The new president of the BC Fruits Growers’ Association says the industry must “redouble” its efforts to remain competitive in 2013.
In his address to members for the 124th annual convention in Penticton, Jeet Dukhia noted the end of 2012 was challenging, citing the controversial resignation of former president Kirpal Boparai.
“It is now important to unify all of our members under a stable, inclusive and strong association.”
Dukhia said apple returns are expected to be good for the 2012 crop, but the record size of the Washingston State crop, and the return to normal production levels in eastern Canada means BC growers must work harder to remain competitive, he added.
Dukhia stated that cherry prices in 2012 were down sharply as rainy, cool weather caused issues with crops and quality. These difficulties were compounded by a record size crop in Washington State, he pointed out.
Oliver grower David Machial marked several highlights in 2012, including the apple crop freeze in eastern Canada. That situation should have a positive impact on 2012 apple returns in BC, he noted.
The other highlight (or low point) in 2012 was the disastrous cherry market, said Machial, who likened cherry prices (returns) to being “brutal.”
Another problem he saw last year, and one that will continue this year, is the “huge challenge” to find reliable farm labour.
“Farmers have a hard time finding workers . . . during the apple season, most workers pick grapes.”
Machial said he’s waiting to see what happens in the upcoming election and how the results will impact BC agriculture.
But in the end, it’s quality fruit that will help growers hold their own in 2013, he pointed out. Machial said growers who previously suffered poor returns may cut corners in their production regimes. But they “can’t get caught in that trap” when they are trying to grow quality fruit, he said.
Besides better returns and ideal weather in 2013, Machial would like to see more consumers support neighbourhood farmers. “We really need local citizens to step up (and buy BC fruit).”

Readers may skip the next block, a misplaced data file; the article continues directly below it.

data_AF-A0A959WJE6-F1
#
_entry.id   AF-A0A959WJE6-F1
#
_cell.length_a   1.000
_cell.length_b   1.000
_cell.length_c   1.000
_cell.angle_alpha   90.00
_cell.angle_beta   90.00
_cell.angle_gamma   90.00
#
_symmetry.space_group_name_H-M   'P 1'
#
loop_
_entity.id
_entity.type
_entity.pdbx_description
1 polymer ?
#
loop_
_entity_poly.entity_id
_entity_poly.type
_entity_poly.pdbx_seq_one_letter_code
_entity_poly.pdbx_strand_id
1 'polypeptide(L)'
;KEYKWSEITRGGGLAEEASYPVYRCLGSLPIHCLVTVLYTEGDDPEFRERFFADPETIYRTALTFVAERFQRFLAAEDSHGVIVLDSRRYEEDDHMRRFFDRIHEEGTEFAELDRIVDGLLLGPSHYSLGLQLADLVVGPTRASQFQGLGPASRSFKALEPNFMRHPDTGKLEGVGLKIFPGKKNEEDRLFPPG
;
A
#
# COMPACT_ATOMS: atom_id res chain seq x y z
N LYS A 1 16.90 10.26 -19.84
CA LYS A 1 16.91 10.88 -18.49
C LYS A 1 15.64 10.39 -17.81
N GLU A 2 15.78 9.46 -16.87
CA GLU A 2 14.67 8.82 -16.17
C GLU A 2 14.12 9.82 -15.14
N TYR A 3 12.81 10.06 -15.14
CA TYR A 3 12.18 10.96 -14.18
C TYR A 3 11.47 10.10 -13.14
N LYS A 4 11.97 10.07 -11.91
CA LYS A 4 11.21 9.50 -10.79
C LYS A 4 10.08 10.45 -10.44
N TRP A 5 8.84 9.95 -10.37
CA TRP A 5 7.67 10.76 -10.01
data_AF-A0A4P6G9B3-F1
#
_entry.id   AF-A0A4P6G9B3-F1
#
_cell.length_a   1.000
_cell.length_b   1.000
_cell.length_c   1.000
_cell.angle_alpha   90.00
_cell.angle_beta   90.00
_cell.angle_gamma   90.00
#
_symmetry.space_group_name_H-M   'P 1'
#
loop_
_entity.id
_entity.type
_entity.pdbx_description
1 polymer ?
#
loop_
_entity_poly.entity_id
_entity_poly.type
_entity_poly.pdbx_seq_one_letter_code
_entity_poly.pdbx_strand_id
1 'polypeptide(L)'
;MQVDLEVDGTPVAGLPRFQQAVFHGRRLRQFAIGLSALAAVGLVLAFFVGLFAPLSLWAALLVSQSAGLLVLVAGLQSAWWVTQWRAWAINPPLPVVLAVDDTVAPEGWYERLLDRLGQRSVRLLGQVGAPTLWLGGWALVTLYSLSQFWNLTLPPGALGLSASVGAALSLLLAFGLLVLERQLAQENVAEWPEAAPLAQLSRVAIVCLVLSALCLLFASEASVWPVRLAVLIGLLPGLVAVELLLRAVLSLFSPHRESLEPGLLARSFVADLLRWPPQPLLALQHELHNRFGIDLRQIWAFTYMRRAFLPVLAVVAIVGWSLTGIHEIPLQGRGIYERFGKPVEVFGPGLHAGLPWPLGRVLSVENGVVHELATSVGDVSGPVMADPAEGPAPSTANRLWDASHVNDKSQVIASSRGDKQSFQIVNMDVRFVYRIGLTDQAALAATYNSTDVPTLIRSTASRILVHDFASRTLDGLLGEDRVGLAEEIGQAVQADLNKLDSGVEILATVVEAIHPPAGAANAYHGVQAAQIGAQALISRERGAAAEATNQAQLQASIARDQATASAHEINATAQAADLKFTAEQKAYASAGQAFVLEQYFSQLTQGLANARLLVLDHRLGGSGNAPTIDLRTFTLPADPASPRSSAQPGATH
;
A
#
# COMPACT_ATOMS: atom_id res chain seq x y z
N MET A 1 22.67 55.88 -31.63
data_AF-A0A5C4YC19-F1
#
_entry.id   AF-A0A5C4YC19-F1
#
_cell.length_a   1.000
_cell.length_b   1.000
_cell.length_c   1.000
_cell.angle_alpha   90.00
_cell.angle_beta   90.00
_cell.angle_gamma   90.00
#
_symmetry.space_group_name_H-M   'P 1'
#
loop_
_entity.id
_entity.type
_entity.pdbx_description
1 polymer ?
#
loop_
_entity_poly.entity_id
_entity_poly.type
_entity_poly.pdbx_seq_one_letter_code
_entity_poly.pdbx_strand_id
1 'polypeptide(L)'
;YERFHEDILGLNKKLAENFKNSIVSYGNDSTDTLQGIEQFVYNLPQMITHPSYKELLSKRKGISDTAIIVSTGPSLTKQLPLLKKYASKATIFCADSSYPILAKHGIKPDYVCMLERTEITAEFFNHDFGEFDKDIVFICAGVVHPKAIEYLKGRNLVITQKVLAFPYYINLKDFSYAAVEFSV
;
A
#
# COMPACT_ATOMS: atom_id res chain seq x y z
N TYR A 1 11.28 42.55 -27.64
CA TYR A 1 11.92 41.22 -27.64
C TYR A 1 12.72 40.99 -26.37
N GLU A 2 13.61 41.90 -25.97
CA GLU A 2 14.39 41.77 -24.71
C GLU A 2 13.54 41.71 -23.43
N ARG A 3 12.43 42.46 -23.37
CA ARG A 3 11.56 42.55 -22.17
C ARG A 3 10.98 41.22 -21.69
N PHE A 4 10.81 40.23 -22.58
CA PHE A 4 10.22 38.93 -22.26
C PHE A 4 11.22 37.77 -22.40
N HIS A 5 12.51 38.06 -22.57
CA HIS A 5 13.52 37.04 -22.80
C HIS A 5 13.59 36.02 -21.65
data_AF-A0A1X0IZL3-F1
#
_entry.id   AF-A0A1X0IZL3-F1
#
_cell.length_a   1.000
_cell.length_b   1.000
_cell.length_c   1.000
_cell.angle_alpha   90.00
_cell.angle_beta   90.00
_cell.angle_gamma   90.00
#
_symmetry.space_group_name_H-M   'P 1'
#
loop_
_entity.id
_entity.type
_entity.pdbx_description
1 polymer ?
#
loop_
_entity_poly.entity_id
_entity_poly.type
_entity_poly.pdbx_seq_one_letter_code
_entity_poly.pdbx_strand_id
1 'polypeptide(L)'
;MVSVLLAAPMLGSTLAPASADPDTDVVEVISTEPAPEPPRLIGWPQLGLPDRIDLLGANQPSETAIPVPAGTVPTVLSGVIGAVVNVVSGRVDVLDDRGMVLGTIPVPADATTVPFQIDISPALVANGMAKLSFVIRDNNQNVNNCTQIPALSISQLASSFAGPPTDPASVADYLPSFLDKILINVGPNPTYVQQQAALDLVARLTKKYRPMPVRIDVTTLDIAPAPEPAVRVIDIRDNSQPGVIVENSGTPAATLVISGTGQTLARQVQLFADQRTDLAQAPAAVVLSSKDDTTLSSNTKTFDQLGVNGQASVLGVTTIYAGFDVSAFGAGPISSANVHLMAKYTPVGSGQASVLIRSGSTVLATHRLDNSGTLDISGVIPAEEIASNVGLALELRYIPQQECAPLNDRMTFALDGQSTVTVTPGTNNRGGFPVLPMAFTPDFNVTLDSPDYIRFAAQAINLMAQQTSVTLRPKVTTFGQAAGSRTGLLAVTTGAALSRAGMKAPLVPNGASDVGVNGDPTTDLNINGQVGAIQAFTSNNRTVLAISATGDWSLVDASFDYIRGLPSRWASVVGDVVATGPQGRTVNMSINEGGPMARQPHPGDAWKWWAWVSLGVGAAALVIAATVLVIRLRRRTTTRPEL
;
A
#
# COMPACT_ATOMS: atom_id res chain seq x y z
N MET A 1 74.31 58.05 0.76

Dukhia noted the BC cherry sector needs to be cohesive to weather changes in the marketplace.
He noted the BCFGA established a cherry committee to address challenges in the industry, and the executive also supports the formation of a BC Cherry Council to provide resources for promotion and research.
Dukhia said the BCFGA wants to have a long-term action plan, including a mechanism in place when market returns do not cover growers’ costs.
“The province must work with industry to utilize all of the federal agriculture programs to their fullest extent.”
He noted the lack of provincial funds, compared to other provinces, has resulted in a loss of $70 million in the federal share of agriculture programs in BC over 10 years. He stated if the government is to support agriculture to the extent witnessed in competitive areas, it must increase the budget from $65 million to $130 million.
Dukhia outlined several positive aspects that BCFGA members realized in 2012: the province announced $2 million for a replant program; direction on the Columbia River Treaty has been maintained, and members continue to work with vegetable marketing associations to seek a place at the bargaining table for a renewed treaty; and progress has been made on establishing an Apple Research and Promotion Agency.
The executive will focus on the following priorities in 2013: Growing Forward 2 will be realigned, with greater focus on international marketing and competitiveness; and the BCFGA will continue to support cooperative and independent packers to utilize federal programs.
Executive member and Oliver grower Nirmal Dhaliwal said the government’s replant grant announcement was good news, but it was disappointing that it came with conditions, such as the requirement to replant the same commodity that was removed.
Dhaliwal said last year’s weather was very challenging for valley growers, resulting in poor cherry crops and low prices. Some farmers had to abandon their crops altogether, he noted.
In 2013, Dhaliwal is looking forward to changing the replant program conditions. “Growers are hoping for a long-term commitment on the replant program (so they can plan ahead), not just short term.”
Dhaliwal is also looking forward to improving exports to China and a lower Washington State crop of apples and cherries. He stated BC’s apple tonnage has declined significantly over the past 30 years (from 12 million boxes to three million).
Finally, Dhaliwal said BC growers deserve a piece of the pie from the Columbia River Treaty. He noted the money the government gets from the United States goes into general revenue, but some of it should go to growers.
“The US is using this water, and their apple tonnage has increased, which is killing us. We want a piece of the pie, so it (funding) doesn’t come from BC taxpayers.”